Asma Ishaq joins DirecTech Labs Podcast Series to provide her thoughts on customer-centric core values and the importance of adapting to shifting paradigms in the direct selling channel.
Asma is CEO of Modere, a global provider of healthy dietary supplements, household products, and personal care products. She’s also widely recognized as having spearheaded the growth of the collagen market around the world.
She received a dual M.B.A. in finance and marketing in 2002 as a Ben F. Love scholar—and was delighted to receive the 2018 Rice Business Alumni Industry Excellence Award in Entrepreneurship.
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Asma Ishaq: Well a few different reasons. One is the business side of it was really just purely about this emerging category that actually had a huge barrier for success which was the need for cosmetics space and the collagen supplements market. Back then there were no oral collagen supplements. So it made a lot of sense to be able to transfer this knowledge and educate people on the benefits.
I’ll never forget: I was in a meeting with the CEO of this company who actually said that we want to market this as long as we can put you in a video and every one of our stories. I realized at that point that it was the story, it was really the education that was working. If I could only train others to be able to tell that story that I thought we were onto something.
The other reason why this was just a brilliant model or channel, is the fact that it is a people business. There’s something really moving about being able to make an impact on others and see their success happening. Giving people an opportunity to utilize your technology platform, your product portfolio, your operational infrastructure is fascinating to me. So I’m thrilled about the power of our channel.
Asma Ishaq: We were very successful with the company that I founded. And I was really interested in figuring out how to normalize our business model. Not coming from direct sales, some things just weren’t really resonating for me. I was already heading down this path of developing a very customer centric model. So with the company that I founded, it was very much of a traditional compensation plan that you would find with other network marketing companies. To this day I go to some of our conventions and events. There I see people who have been on auto ship of the product since 2009. It’s because they need it. It has tremendous value for their lives. It creates important benefits. But those individuals aren’t necessarily recruiting other people or have an interest in building a business. They’ve signed up as a distributor and ended up just using the product.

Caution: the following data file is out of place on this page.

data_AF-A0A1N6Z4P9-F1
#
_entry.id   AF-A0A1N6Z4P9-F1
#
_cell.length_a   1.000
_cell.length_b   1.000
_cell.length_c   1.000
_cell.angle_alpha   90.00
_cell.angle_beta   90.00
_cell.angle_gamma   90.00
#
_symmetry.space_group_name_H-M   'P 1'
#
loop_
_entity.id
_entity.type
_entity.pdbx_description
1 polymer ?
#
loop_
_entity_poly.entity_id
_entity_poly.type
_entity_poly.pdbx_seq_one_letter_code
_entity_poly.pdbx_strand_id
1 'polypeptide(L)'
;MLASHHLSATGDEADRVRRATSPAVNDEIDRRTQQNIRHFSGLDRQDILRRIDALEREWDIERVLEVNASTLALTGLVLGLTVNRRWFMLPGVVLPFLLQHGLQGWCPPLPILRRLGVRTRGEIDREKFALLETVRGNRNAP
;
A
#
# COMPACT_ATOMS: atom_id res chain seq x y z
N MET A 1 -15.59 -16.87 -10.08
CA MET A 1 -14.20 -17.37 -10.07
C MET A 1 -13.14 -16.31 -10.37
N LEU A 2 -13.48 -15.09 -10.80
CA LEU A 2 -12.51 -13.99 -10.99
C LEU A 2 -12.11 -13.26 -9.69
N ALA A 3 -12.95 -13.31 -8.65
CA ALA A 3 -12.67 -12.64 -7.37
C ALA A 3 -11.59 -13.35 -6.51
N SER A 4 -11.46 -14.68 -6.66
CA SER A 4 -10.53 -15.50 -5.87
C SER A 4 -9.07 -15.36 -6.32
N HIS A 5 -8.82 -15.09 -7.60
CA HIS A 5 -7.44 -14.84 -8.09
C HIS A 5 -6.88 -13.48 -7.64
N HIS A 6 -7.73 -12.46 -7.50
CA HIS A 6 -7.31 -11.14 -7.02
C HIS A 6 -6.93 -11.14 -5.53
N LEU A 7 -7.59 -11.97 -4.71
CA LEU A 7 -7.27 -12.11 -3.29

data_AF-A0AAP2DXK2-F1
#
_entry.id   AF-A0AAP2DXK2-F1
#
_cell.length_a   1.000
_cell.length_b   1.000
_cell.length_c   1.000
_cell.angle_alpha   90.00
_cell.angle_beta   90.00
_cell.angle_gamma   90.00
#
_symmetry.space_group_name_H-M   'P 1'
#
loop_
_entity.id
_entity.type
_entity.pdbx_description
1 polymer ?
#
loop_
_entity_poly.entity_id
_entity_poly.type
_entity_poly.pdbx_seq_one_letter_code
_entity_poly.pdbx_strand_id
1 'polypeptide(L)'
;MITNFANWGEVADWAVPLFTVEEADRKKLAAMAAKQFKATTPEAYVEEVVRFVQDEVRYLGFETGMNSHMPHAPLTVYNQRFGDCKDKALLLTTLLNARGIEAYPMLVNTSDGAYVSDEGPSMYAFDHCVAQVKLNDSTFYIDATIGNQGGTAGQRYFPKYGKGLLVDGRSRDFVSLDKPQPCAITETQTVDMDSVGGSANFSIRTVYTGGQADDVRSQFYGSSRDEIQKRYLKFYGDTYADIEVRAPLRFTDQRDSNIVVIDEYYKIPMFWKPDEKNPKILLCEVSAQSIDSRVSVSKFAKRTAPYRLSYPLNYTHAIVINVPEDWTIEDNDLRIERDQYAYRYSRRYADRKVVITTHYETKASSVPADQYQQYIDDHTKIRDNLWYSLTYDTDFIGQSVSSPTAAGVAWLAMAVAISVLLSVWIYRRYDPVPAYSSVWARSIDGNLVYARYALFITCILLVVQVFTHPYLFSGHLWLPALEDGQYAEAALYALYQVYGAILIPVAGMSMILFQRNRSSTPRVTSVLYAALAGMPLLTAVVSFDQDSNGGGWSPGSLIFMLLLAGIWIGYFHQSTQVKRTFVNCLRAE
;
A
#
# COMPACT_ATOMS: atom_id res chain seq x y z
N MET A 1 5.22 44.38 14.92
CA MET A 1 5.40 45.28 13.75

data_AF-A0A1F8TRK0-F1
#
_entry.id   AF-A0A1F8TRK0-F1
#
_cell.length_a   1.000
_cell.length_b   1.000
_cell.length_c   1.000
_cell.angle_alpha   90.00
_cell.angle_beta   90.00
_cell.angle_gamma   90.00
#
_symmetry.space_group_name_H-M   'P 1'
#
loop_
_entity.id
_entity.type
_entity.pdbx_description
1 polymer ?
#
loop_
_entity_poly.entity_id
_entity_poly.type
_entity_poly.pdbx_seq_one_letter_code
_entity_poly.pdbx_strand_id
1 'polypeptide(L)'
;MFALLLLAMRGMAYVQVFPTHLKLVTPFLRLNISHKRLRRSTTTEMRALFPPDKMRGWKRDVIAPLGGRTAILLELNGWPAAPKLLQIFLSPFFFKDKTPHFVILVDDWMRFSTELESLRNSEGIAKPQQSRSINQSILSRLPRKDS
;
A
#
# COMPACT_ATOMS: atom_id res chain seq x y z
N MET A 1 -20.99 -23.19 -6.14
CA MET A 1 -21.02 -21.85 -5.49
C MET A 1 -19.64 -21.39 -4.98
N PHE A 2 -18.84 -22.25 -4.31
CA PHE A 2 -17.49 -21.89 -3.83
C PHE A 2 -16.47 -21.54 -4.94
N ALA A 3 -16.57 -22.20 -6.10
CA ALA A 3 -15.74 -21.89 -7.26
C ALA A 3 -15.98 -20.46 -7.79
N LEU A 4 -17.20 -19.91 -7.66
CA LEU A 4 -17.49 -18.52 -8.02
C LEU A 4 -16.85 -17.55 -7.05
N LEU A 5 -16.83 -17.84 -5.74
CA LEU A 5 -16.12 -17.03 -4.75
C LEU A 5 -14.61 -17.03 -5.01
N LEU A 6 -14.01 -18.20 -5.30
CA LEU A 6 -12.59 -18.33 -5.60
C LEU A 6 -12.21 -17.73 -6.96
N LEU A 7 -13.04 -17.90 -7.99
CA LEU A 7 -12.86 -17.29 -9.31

And so the segmentation part of it was a struggle and I thought the only thing that I could do is provide the traditional compensation model. And so I started really kind of thinking about it. I happened to meet the private equity company that owns Modere. And we were on this very parallel path of thinking differently about our channel. And so it just happened to be that there was a real strategic and complementary partnership. The synergies that it can create would be truly a ‘one plus one equals three’ type of story.
Asma Ishaq: This interest in the customer centric type of a model doesn’t just have to do with regulations. It’s also in reaction to providing the best solution for people’s needs. When they want to use the product, our value proposition should be our products and what kind of benefits they can provide. When they want an income opportunity, then it should be that. That’s not to shape everybody into this mold, which is basically incentivized by compensation plans to either sign people up as distributors or customers.
Instead of fitting them into our box, we should provide them with the best solutions for what they want in their lives. So we developed a model where it focuses on incentivizing our distributors (we call them social marketers) to be compensated very handsomely. No matter if it is on signing up customers or building a team to others.
Asma Ishaq: When it comes to the sharing economy and our place in it there’s this interesting convergence going on. And companies in the industry do need to adapt to it. I believe the reason why they don’t is because change is difficult. People have to shift paradigms when it comes to how to build a business. Also, when it comes to companies that have been in existence for a long time, all of the field members have built to a certain plan. It’s just very difficult to be able to change a compensation model that drastically, especially on a big scale. And so we’ve had good fortune of being able to be at the right size to be able to make those kinds of changes and learn from it over many years.
Now at this point, the proof even for companies like that is our success for really leading the charge. The direct selling channel is showing three years of consecutive decline as far as sales volume goes but also the number of direct sellers. That could be a result of the economy, job environments right now. Also, the sharing economy is creating different kinds of alternative work options for people. That we have grown tremendously in just the last couple of years – 85 percent in Australasia, 108 percent in North America, 890 percent in Europe – I think that is proof that we are doing the right kinds of things. And it’s fun to be a pioneer in that area!
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